YOU ARE HERE: LAT HomeCollections


Artificial-plant garden takes root

The plants are fake, but the effect is real on a talent agent's terrace. Just because you lack a green thumb doesn't mean you can't have beautiful blooms.

February 07, 2009|Barbara Thornburg

After seeing talent agent Adam Isaacs' bedroom terrace garden for the first time, you might think that he is blessed with a green thumb.

But you'd be wrong.

True, the staghorn fern on the wall and the bromeliad below, as well as the fountain grass and short green yucca ferns that surround his serene Balinese Buddha, look particularly perky. And his timber bamboo, split-leaf philodendron and red banana tree are full and lush-looking. Ditto the red variegated succulents that are bursting the confines of their low-slung ceramic planter. "It's all fake," the Century City resident says, proud of his manicured garden, where every plant is always in its prime.

"Friends and clients come over and tell me how beautiful my garden is -- they have no idea it's not real," he says with a laugh.

Although Isaacs spends his life managing Hollywood celebrities as a partner at the Endeavor talent agency in Beverly Hills, nurturing plants is another matter.

"I love to look at them -- but I've never been great with plants," he says. "The huge pot with the Buddha originally was filled with water hyacinths. They'd look good for a week then rot and die."

At one point in his busy schedule Isaacs did tend 15 phalaenopsis. "The white orchids are my favorites. I spent every Saturday morning watering them, feeding them orchid food, caring for them. But it was just too much maintenance; I decided I'd rather be doing yoga."

Before going to London on a business trip last year, Isaacs called in a good friend, florist George Woods of the Woods in Culver City, to take him up on a curious offer.

"He told me that the new artificial plants looked amazingly real and why didn't I do a 100% faux-garden?" Isaacs says.

Woods, formerly florist for the Four Seasons Hotel Los Angeles, says artificial plants have gotten a bad rap.

"People consider them tacky, but I think they have a lighthearted quality and are fun," Woods says. "Personally, I've always been fascinated by the artificial plants at In-N-Out Burgers."

Woods had a week to track down the artificial plants and redo Isaacs' terrace. He installed the plantings in a single day.

"Faux plants are very lightweight, and you don't have any dirt to deal with," explains the florist, who arranged the plants in the agent's existing containers, filling them with packing popcorn topped with a 2-inch-thick solid layer of plastic foam. Colored crushed glass, river rocks and sheet moss surround the plants' bases.

The result is amazingly real.

Woods has two maxims: "First, don't plant anything that wouldn't normally grow in the place you select. If it's January, don't fill your terrace with sunflowers. And secondly, you need to get hands-on with artificial plants."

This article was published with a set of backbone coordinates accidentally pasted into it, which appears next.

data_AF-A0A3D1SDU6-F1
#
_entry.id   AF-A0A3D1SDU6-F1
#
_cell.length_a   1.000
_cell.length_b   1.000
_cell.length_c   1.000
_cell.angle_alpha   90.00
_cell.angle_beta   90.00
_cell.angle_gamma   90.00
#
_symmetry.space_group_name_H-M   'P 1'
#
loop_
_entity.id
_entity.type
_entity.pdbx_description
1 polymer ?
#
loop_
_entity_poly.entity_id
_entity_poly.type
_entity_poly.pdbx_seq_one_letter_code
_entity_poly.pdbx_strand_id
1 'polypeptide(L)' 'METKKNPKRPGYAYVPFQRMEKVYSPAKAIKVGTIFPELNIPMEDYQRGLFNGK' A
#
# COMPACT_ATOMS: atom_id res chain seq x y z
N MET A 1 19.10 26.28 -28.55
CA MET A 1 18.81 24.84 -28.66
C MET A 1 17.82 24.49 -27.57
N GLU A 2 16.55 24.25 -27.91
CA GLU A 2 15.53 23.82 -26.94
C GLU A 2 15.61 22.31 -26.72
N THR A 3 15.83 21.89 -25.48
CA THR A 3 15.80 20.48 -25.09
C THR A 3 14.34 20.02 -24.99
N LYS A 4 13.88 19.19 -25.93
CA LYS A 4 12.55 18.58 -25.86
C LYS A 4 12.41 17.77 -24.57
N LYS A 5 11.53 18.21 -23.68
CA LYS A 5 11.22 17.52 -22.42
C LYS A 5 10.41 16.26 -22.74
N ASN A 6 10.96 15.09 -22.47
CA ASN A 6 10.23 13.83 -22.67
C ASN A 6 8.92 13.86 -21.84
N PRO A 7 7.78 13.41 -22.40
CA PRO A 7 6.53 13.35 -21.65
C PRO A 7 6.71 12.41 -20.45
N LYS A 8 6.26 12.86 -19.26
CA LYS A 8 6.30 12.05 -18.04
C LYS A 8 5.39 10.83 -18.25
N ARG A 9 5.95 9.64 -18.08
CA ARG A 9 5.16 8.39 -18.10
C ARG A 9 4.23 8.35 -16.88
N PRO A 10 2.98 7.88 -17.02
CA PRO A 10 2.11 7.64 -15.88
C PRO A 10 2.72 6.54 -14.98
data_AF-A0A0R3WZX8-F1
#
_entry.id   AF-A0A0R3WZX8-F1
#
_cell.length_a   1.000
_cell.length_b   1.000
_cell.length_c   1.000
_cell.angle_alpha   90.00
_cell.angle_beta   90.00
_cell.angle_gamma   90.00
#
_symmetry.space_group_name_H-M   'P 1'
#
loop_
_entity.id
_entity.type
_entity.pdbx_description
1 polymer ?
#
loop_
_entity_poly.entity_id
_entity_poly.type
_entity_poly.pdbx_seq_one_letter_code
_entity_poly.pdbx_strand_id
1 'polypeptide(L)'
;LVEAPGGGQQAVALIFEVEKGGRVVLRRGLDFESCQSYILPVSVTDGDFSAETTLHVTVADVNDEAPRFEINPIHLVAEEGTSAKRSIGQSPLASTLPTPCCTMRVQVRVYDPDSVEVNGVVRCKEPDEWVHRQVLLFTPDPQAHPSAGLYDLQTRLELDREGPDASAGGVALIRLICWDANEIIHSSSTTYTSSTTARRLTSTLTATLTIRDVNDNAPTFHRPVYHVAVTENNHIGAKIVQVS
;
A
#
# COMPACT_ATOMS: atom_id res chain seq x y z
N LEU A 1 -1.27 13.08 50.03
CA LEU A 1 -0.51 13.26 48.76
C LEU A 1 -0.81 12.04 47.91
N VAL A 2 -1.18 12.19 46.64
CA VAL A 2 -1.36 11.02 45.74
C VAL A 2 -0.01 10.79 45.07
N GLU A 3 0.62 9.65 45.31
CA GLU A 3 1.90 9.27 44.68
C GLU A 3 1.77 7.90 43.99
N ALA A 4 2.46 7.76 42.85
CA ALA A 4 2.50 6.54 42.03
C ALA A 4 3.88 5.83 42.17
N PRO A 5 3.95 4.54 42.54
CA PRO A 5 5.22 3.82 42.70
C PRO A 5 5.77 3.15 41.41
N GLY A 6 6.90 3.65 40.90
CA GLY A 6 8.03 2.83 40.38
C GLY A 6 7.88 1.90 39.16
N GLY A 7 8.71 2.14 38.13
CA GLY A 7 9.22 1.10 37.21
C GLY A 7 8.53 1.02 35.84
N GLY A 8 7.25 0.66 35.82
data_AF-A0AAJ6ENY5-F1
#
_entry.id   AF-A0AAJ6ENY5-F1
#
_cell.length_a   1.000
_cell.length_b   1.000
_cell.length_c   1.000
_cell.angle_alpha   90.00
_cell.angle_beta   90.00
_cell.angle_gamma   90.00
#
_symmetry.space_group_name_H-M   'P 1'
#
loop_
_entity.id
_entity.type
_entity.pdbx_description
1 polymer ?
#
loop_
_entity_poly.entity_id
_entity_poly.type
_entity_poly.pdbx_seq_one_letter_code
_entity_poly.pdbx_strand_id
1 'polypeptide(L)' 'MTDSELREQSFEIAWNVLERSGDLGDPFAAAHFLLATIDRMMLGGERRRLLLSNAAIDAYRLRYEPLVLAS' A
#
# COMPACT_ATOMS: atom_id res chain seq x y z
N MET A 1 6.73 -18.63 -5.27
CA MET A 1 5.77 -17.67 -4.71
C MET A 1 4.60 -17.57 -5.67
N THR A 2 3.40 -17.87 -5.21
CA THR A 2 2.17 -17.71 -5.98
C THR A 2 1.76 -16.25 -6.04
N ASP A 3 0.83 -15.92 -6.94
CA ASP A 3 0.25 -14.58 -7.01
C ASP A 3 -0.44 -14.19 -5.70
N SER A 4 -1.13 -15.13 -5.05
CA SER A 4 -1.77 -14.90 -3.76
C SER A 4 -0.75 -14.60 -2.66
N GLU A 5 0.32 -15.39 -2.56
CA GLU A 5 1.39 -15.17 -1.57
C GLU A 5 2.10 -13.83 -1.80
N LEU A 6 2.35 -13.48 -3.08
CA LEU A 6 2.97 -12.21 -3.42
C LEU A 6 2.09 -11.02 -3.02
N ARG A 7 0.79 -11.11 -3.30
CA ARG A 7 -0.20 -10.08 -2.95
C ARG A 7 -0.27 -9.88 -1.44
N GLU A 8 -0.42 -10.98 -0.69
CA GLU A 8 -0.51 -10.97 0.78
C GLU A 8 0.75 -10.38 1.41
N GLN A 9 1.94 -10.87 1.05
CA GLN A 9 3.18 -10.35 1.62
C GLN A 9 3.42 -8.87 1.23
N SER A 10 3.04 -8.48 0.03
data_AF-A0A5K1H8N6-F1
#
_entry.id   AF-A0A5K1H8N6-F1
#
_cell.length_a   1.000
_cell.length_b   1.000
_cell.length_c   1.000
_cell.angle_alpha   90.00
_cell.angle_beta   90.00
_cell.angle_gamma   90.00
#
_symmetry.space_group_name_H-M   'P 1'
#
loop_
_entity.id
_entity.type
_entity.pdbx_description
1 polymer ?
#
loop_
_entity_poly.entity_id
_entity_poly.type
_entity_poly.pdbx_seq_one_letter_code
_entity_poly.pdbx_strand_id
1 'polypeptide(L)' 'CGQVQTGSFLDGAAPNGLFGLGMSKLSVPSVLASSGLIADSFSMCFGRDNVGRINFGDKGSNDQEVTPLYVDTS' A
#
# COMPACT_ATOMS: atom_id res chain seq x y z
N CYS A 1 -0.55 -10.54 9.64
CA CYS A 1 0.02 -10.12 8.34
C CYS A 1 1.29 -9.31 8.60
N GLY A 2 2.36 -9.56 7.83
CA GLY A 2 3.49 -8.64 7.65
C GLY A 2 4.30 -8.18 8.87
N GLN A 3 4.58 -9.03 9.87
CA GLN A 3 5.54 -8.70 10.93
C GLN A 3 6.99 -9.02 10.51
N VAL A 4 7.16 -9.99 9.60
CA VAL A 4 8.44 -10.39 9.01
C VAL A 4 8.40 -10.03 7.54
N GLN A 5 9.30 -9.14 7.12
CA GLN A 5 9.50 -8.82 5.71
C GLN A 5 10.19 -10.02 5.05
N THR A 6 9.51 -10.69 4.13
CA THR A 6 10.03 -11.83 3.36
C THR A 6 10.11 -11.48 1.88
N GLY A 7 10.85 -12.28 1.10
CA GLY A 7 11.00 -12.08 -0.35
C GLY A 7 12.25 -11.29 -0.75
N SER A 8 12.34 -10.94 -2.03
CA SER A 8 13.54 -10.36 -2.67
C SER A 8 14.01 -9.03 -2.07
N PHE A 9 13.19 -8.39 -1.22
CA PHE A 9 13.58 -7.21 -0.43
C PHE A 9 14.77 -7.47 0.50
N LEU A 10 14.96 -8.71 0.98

In an effort to make the faux plants appear as realistic as possible, Woods did just that -- cutting, thinning, bending and folding them into lifelike simulations.

"If plants are too uniform, they look fake," he says. "Mother Nature just doesn't grow them that way."

The artificial plants cost three times as much as real ones, but Woods points out that they don't need to be tended, and they won't die and need to be replaced. "You'll eventually come out ahead," he says. "Plus, they should look good for 10 to 15 years."

And what does Isaacs think of his faux-foliage terrace?

"It's great," he says. "The plants look fantastic every day. All I have to do is dust them once in a while."--



Do artificial intelligently

Seven tips for a lifelike artificial garden from George Woods of the Woods in Culver City,

1. Use only artificial versions of plants that would naturally grow if they were real in the space you select. Otherwise, they will look out of place.

2. Don't display things out of season: no sunflowers in January or irises and tulips in August.

3. Take a walk in nature to observe how plants really grow.

4. Move your hands through the plants to give them a more natural shape: Thin out the leaves, bend the stems, fold the leaves. Make them as natural-looking as possible.

5. Create a collection of pots in various shapes, sizes and colors. You don't want it to look as if you bought them all on the same day.

6. Buy plants with different shapes, textures and complementary hues for visual interest -- just like you would for a real garden.

7. If an artificial plant doesn't fool you the first time you see it, move on to one that does.

-- Barbara Thornburg

Los Angeles Times Articles